What are specific areas of businesses you focus on to scale quickly?
In my business everything is about SPEED. We have to figure out the fastest way to grow to the revenue because we need to sell. In order to scale, make sure that you are reinvesting into your company. Marketing drives growth. Make sure you don’t skimp on the marketing efforts and dollars. Make outside marketing companies WORK for their money so they only get paid off results not off of promises.
As you scale, everything is negotiable so never pay list price for anything. There is always something out there that is similar and cheaper with hungrier owners who WANT your business. Don’t set your company operations up like IBM when you’re NOT FUCKING IBM. You scale when you have money and put in money only when you prove your model.
For example, if you put $10,000 a month into magazine ads and $10,000 into email campaigns and your return is better in magazine ads, pull money from email budget and put into magazine ads. Go with what works not what the world tells you is going to work. People tend to think “Oh I have to have everything on social media and do SEO and drive traffic to my website.” This is true but not for everything.
For instance, you are not likely to get a major hospital system as a client that found you on Twitter. It sounds good in theory but is very difficult to make happen. Little blue tweeting birds and apps ending with “gram” do not and cannot replace meeting a decision maker and shaking his hand.
You’ve obviously been at the very top then to the very bottom and now back on top. Tell us about the roller coaster ride you’ve been through on your journey…
Throughout all of this time I had major ups and major down. People like to see flash and hear success stories but it is not as easy people think. Along the way I had enough success to maintain a good lifestyle the majority of the time. I have owned watches worth more than some people’s cars and cars worth more than some people’s houses. For many people, it is hard to have exposure to that lifestyle and lose it then rebound back. I think many people have struggles during their business that their outside appearance does not reveal.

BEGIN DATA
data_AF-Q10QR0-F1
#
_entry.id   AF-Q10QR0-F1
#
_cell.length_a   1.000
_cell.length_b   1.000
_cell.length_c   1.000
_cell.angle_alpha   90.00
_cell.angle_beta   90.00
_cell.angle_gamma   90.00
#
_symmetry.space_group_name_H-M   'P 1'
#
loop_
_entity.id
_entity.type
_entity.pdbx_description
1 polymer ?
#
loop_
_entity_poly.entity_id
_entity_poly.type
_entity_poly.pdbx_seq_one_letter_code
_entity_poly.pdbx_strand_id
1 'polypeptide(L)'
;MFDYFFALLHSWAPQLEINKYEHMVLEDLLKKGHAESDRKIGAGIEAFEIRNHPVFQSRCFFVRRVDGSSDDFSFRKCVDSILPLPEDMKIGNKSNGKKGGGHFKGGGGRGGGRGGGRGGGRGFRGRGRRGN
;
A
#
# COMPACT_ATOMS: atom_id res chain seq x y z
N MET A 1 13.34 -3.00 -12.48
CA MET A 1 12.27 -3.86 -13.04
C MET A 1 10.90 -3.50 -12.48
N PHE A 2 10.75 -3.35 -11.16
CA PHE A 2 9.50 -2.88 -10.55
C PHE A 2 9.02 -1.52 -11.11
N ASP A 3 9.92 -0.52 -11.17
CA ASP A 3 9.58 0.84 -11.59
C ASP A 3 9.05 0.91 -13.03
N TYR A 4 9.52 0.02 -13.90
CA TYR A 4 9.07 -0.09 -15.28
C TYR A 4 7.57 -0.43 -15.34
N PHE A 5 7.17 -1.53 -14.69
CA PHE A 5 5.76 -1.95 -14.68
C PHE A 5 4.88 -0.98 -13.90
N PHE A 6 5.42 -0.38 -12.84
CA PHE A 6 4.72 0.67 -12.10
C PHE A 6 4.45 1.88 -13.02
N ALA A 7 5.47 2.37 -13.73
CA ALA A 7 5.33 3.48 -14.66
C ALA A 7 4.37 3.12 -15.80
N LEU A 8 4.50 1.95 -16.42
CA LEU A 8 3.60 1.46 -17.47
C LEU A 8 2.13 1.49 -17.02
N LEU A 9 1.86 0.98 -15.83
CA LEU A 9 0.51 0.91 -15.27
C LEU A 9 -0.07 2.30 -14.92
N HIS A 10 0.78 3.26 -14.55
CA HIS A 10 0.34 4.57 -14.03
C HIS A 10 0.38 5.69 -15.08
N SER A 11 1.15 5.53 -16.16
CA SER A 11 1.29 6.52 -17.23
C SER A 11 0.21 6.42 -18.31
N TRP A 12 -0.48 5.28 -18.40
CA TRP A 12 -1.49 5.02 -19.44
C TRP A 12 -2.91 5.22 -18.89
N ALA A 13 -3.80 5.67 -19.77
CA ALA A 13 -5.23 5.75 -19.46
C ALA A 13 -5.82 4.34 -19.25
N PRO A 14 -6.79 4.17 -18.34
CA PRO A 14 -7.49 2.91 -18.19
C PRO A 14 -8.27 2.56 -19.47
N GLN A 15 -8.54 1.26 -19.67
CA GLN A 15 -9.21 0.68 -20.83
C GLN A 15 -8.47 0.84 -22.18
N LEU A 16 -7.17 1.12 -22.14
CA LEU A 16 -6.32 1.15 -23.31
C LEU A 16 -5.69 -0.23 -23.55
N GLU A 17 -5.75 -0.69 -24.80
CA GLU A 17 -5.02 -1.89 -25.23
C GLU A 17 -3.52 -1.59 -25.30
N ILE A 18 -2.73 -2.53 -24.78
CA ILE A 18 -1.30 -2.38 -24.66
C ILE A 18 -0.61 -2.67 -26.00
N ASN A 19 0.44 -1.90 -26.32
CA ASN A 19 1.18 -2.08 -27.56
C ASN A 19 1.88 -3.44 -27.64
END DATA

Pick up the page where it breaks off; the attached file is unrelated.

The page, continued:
There was a time when I had to put all my reserves into a piece of equipment and had less than $50,000 in the bank, but simultaneously had a Yellow Lamborghini Murcielago Roadster, Range Rover, BMW 7 Series, and Blue Lamborghini Gallardo and would pay for my dinners with my American Express Black Card. Little did anyone other than my wife know we were on very thin ice and risked everything on the new piece of equipment for the business. Luckily it paid off.
Success for me means being able to live life at your own pace and experience things from a different point of view. Success creates safety, confidence, flexibility and often eliminates fear and worry. It is much easier to have children when you know you can send them to good schools and afford to give them opportunities you may not have had or to not have to worry about a mortgage payment because you don’t have one. These things are derived from money but the impact that they create on your life and your family’s lives cannot be measured by the pure costs of items you purchase; you must look at the opportunities and freedoms that are available in order to truly appreciate what you have done. My purpose for success is to ensure the lifestyle of my family and make sure my children have the ability to do what they want in their life without being enslaved to the system or prisoner to a paycheck.